The Director General of NCDC, Dr Ifedayo Adetifa disclosed that Nigerian is at risk due to proximity (same region), high traffic from Ghana and countries that share borders with Ghana.
Nigeria is at moderate risk of the importation and impact of the Marburg virus, the Nigeria Centre for Disease Control and Prevention (NCDC) has warned.
Speaking days after Ghanaian authorities announced death of two patients who were diagnosed with the virus, the Director General of NCDC, Dr. Ifedayo Adetifa disclosed that Nigerian is at risk due to proximity (same region), high traffic from Ghana and countries that share borders with Ghana.
Adetifa further stated that while there are no cases of Marburg virus in Nigeria, several measures are being put in place to prevent an outbreak of the disease in the country.
He said the NCDC is on high alert, adding that Nigeria has the capacity to test for the virus presently at the National Reference Laboratory in Abuja and the University of Lagos Teaching Hospital laboratory Centre for Human and Zoonotic Virology.
Adetifa also revealed that diagnostic capacity can be scaled up to other laboratories if required as Nigeria has the resources (human, technical and laboratory) for prompt identification and management in the event of a single imported case.
“Based on available data, the overall risk of both importation of the disease and its potential impact on the Nigerian population is said to be moderate as assessed by NCDC experts and partners given the following:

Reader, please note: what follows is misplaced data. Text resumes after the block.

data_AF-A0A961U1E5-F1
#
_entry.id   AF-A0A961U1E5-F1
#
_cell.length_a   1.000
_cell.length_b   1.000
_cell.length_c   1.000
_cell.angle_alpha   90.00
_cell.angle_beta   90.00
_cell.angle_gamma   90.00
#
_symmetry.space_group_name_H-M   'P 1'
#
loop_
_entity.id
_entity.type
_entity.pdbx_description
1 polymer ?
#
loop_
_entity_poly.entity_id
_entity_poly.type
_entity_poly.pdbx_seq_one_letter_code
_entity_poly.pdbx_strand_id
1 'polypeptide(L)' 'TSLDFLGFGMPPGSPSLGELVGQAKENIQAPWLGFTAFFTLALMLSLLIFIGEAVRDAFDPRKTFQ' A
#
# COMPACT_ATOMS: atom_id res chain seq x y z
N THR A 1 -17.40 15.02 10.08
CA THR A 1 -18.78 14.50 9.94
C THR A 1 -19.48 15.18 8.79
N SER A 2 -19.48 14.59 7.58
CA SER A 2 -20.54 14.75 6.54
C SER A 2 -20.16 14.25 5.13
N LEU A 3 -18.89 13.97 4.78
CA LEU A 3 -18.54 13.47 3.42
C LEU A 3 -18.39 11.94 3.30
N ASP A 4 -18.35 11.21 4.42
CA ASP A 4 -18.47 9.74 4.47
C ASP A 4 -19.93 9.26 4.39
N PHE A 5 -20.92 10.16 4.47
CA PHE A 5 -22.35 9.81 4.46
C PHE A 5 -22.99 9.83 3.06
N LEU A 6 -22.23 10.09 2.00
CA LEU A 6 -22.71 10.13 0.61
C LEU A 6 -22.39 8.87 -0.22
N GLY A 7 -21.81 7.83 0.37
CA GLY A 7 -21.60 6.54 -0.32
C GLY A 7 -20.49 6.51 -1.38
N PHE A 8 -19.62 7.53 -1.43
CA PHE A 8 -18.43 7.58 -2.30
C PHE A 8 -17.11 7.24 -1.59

“The proximity (same region), high traffic from Ghana and countries that share borders with Ghana, the incubation period of 21 days of the virus, heightened surveillance at point of entry, Nigeria’s capacity to respond to the outbreak in country and the fact that persons with MVD transmit the virus when they become symptomatic unlike for SARS-CoV-2 that causes COVID-19 that can also be transmitted by infected persons without symptoms.”
Adetifa who also disclosed that risk of importation may be further reduced as the current situation in Ghana is under control as reported by Ghana Health Service, added that point of entry surveillance has been heightened, trained rapid response teams are on standby to be deployed in the event of an outbreak and the NCDC’s Incident Coordination Centre (ICC) is on alert mode.
He also said the NCDC is also amplifying risk communication efforts and will continue to work with states and partners to strengthen preparedness activities which include; review of risk communication protocols, plans and messages in the event of an outbreak.
Nigerians have also been advised to avoid non-essential travel to locations where the outbreak is reported for the moment, and also avoid direct contact with blood, saliva, vomit, urine, and other bodily fluids of people with suspected or confirmed Marburg virus.
Marburg virus causes a rare, highly infectious disease and severe haemorrhagic fever in humans and non-human primates just like the Ebola virus.
The virus can be transmitted by exposure to mines or caves inhabited by Rousettus bat colonies, which carry the pathogen.
Once a person is infected, Marburg can spread through human-to-human transmission via direct contact with blood, secretions, organs or other bodily fluids of these individuals, and with surfaces and materials contaminated with these fluids. It is not an airborne disease.
On average, the virus kills half those infected, says the World Health Organisation, but the most harmful strains have killed up to 88 per cent, making it one of the deadliest pathogens on the planet.